Monday 27 August 2018

A No Deal Brexit ~ Government Preparations for no deal ~ The WTO

What will happen after 29 March 2019 if there is no Withdrawal Agreement between the UK and the EU?  In this "no deal" or "cliff edge" scenario, the UK would step entirely away from the EU ("third country status") and there would not be an implementation / transition period to protect British business / commerce from the inevitable ravages of such a status.  How should businesses and individuals prepare for this situation?

On 23 August, the UK government published Preparations for a No Deal Brexit.  The speech of the Secretary of State for Exiting the EU is HERE.   Just how confident one should be that a deal will be achieved is highly debatable even though the Minister referred to a No Deal Brexit as an "unlikely event" and said that he was confident that a "good deal is within our sights."

Sunday 26 August 2018

Inside the Court of Appeal (Criminal Division)

On 21 August, the Judiciary published the Court of Appeal (Criminal Division) Annual Report 2016-17.  In the Preface to the report, the Lord Chief Justice notes that the Court of Appeal (Criminal Division) is "there to ensure that so far as humanly possible convictions which are unsafe are set aside, and sentences which are either manifestly excessive or unduly lenient are corrected.  Convictions which are safe and sentences which are appropriate must be upheld. That simple summary of the objective of the Court reveals its importance, and the high level of responsibility which all who work in the Court, whether in the office or in the Court itself, must carry."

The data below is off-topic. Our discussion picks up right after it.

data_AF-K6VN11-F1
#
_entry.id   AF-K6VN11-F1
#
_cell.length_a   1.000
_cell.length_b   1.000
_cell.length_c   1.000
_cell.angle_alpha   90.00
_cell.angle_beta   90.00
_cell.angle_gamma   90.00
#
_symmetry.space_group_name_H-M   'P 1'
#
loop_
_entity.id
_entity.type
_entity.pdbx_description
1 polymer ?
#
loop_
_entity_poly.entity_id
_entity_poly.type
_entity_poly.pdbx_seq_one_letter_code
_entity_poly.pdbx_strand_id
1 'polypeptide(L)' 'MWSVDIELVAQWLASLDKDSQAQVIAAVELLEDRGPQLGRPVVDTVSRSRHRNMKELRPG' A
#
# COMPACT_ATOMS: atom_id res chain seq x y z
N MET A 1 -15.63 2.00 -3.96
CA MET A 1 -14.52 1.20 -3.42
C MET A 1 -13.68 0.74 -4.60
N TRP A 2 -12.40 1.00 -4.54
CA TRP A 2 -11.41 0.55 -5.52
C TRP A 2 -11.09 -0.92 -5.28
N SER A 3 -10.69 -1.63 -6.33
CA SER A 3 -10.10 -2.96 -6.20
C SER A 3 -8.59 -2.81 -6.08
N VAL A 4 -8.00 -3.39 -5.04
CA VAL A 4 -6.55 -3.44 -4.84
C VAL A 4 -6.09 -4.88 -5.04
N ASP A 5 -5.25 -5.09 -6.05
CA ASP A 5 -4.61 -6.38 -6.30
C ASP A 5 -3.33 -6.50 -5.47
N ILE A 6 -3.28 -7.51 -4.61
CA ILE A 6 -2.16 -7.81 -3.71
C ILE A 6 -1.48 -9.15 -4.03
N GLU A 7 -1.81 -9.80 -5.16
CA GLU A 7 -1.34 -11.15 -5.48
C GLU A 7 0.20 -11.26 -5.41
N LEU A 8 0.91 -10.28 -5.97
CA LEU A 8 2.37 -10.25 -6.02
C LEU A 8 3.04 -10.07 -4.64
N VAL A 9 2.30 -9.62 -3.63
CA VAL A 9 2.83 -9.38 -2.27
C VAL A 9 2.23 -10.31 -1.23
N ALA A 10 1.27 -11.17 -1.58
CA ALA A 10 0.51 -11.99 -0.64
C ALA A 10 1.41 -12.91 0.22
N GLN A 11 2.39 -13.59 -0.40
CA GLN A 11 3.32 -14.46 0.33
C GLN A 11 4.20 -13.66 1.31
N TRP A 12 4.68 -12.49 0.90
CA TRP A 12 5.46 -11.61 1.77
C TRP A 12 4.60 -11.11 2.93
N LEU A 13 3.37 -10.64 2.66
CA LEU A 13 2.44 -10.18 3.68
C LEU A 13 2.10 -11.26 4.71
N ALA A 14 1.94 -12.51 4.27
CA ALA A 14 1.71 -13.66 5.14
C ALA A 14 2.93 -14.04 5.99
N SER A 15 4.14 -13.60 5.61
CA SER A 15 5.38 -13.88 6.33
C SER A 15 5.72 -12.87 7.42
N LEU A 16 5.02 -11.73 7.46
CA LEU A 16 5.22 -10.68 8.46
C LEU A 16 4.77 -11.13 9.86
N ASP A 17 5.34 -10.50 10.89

"Inside the Court of Appeal" was a documentary

Thursday 16 August 2018

Judicial diversity

Former Magistrates' Court - Kendal
The Judiciary has published Judicial Diversity Statistics 2018 setting out the position as at 1 April 2018.

The data for Magistrates is particularly striking.

Tuesday 14 August 2018

The tragic death of Jack Adcock

Jack Adcock
Jack Adcock was born on 15 July 2004.  He died at Leicester Royal Infirmary on 18 February 2011.  The clinical cause of his death was sepsis - a condition explained by the NHS and also see Sepsis Trust.  According to the Trust five people die every hour due to sepsis - "Sepsis can initially look like flu, gastroenteritis or a chest infection. There is no one sign, and symptoms present differently between adults and children."

The BBC Panorama coverage of this case is an excellent, detailed and very moving programme. 

Monday 13 August 2018

Controversy over the burqa

Conservative MP and former Foreign Secretary - the Rt. Hon. Boris Johnson MP - caused considerable furore over a piece he wrote for The Telegraph on 5 August - Denmark has got it wrong. Yes, the burka is oppressive and ridiculous - but that's still no reason to ban it.   Mr Johnson expressed surprise that Denmark had joined several other European countries - e.g. France, Belgium - "in imposing a ban on the niqab and the burka – those items of Muslim head-gear that obscure the female face."  He continued to say that he agreed with those who think that the burka is oppressive - "I would go further and say that it is absolutely ridiculous that people should choose to go around looking like letter boxes; ...."

Thursday 9 August 2018

Independence of the Parole Board

Mr Justice Mostyn